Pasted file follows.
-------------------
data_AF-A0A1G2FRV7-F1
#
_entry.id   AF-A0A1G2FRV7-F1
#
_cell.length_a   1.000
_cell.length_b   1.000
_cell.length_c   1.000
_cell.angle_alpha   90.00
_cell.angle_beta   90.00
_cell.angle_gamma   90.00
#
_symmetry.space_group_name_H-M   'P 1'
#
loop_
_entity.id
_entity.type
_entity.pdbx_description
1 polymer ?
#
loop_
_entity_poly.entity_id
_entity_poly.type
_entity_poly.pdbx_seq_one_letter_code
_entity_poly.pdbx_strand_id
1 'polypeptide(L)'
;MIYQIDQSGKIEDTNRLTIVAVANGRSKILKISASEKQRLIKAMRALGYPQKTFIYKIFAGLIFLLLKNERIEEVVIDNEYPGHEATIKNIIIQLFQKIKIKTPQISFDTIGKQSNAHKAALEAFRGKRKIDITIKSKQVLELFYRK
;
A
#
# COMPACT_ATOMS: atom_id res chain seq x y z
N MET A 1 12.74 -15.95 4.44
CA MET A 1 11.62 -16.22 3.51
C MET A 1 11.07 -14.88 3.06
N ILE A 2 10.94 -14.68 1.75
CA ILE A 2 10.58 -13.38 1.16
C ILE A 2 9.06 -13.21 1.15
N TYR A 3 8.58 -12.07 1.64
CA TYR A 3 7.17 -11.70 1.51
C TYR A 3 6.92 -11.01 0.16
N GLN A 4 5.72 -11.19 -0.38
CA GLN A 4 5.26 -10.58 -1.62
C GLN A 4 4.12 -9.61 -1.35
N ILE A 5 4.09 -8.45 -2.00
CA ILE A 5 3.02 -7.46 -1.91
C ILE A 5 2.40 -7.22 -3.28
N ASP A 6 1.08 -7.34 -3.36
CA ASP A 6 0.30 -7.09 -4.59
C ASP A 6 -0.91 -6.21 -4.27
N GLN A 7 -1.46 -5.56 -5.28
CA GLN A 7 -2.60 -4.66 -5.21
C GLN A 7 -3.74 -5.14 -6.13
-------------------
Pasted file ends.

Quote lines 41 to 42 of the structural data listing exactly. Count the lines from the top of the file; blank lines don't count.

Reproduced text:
CA GLN A 4 5.26 -10.58 -1.62
C GLN A 4 4.12 -9.61 -1.35